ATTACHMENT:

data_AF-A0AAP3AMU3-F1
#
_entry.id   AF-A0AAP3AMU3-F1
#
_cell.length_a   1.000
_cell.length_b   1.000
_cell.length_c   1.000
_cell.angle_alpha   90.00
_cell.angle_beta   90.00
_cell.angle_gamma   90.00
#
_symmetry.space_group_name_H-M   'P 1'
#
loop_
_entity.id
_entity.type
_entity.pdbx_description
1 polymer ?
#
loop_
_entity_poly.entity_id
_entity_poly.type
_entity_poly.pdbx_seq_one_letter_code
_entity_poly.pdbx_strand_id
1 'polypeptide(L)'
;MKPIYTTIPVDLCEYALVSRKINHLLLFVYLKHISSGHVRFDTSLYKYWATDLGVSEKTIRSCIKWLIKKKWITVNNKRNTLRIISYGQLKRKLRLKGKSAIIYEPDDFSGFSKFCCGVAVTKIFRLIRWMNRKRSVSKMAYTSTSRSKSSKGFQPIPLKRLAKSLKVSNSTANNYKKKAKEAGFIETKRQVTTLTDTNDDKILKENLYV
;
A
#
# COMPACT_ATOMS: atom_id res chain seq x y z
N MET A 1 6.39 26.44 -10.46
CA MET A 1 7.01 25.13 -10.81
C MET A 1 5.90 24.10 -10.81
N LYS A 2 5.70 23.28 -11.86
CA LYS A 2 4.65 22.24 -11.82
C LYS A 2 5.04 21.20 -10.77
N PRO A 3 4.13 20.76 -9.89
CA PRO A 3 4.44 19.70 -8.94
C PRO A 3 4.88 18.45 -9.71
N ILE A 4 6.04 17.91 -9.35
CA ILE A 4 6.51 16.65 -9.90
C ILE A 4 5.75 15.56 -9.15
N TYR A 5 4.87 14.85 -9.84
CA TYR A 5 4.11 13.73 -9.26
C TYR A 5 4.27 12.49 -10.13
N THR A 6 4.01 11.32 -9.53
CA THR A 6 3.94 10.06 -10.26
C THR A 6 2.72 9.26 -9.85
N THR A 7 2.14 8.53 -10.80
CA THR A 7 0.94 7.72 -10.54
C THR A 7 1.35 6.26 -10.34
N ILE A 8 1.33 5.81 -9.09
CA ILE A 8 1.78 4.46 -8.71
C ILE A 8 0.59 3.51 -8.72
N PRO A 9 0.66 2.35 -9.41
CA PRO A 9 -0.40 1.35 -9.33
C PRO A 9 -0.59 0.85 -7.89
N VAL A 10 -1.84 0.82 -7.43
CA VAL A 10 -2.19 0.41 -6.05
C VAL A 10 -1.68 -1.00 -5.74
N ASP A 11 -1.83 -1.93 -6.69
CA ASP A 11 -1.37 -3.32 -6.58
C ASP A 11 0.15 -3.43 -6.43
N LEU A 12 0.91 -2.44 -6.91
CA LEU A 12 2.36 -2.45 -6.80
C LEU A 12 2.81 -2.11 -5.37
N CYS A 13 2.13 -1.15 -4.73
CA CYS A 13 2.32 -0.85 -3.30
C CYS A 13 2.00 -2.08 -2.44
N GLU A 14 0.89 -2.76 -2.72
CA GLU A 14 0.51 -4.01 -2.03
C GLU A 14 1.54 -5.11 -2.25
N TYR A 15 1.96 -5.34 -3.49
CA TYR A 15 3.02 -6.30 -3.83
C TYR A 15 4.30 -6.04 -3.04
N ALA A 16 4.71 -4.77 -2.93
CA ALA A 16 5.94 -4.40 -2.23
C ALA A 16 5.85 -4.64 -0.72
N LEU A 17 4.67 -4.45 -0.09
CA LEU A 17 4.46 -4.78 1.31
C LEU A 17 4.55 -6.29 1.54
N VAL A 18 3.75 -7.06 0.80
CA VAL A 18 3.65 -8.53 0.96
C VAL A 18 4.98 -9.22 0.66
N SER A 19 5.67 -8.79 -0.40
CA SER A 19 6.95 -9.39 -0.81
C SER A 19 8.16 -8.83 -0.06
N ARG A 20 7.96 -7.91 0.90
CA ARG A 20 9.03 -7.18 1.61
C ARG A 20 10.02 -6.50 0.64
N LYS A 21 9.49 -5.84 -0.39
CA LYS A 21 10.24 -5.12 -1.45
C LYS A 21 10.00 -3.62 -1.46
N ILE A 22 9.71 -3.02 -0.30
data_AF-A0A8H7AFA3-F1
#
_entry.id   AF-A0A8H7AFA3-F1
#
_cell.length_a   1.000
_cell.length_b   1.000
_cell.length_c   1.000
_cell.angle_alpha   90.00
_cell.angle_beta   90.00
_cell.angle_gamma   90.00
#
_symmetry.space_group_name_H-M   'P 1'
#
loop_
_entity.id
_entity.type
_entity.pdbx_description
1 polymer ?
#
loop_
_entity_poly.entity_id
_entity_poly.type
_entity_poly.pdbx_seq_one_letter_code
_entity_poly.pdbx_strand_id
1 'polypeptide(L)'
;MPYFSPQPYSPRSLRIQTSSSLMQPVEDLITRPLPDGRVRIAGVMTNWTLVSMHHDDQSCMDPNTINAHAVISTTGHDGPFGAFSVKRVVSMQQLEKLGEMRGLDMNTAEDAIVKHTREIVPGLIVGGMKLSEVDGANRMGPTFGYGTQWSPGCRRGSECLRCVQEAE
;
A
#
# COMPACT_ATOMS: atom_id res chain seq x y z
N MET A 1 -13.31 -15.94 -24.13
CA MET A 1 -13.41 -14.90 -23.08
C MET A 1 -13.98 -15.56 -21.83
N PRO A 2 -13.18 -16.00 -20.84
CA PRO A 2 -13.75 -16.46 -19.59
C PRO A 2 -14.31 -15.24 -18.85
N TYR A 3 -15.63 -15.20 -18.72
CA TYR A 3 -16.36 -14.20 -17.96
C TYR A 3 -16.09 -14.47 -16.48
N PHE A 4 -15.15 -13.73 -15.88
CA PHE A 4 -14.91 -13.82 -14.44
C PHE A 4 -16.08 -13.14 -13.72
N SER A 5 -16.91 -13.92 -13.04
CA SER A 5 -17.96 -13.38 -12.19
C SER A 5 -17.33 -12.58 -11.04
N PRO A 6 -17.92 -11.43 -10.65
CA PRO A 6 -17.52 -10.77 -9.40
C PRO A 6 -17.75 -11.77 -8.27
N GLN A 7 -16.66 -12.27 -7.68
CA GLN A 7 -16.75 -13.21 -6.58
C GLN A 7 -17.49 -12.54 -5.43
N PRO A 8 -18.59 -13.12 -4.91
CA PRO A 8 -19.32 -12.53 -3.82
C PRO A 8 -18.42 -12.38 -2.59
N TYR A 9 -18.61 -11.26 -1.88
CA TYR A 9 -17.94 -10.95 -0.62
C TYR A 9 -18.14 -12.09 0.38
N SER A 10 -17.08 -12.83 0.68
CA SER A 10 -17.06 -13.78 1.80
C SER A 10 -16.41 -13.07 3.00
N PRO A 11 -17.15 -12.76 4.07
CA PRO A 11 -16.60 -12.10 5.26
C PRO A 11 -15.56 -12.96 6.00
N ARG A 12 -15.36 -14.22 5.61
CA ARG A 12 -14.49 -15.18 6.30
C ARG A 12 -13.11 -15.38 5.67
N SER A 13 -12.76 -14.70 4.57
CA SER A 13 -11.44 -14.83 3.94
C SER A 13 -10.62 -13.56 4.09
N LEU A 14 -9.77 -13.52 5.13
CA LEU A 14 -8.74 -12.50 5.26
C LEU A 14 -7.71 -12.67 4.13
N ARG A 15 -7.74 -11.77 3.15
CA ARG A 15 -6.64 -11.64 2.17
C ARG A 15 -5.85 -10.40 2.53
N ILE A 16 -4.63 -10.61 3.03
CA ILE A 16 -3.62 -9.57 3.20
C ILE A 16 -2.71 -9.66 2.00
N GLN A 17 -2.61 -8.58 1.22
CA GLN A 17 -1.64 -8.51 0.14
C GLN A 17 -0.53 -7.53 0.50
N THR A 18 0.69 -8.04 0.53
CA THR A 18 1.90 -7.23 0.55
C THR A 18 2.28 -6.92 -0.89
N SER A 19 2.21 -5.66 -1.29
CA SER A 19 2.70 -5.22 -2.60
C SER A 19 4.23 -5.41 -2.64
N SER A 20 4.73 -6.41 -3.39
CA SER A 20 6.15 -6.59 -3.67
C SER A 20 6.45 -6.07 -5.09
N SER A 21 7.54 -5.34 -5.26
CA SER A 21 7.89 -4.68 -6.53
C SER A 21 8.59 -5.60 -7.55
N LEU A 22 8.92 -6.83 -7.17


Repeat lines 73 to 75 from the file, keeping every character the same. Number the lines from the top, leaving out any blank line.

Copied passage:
N TYR A 15 1.96 -5.34 -3.49
CA TYR A 15 3.02 -6.30 -3.83
C TYR A 15 4.30 -6.04 -3.04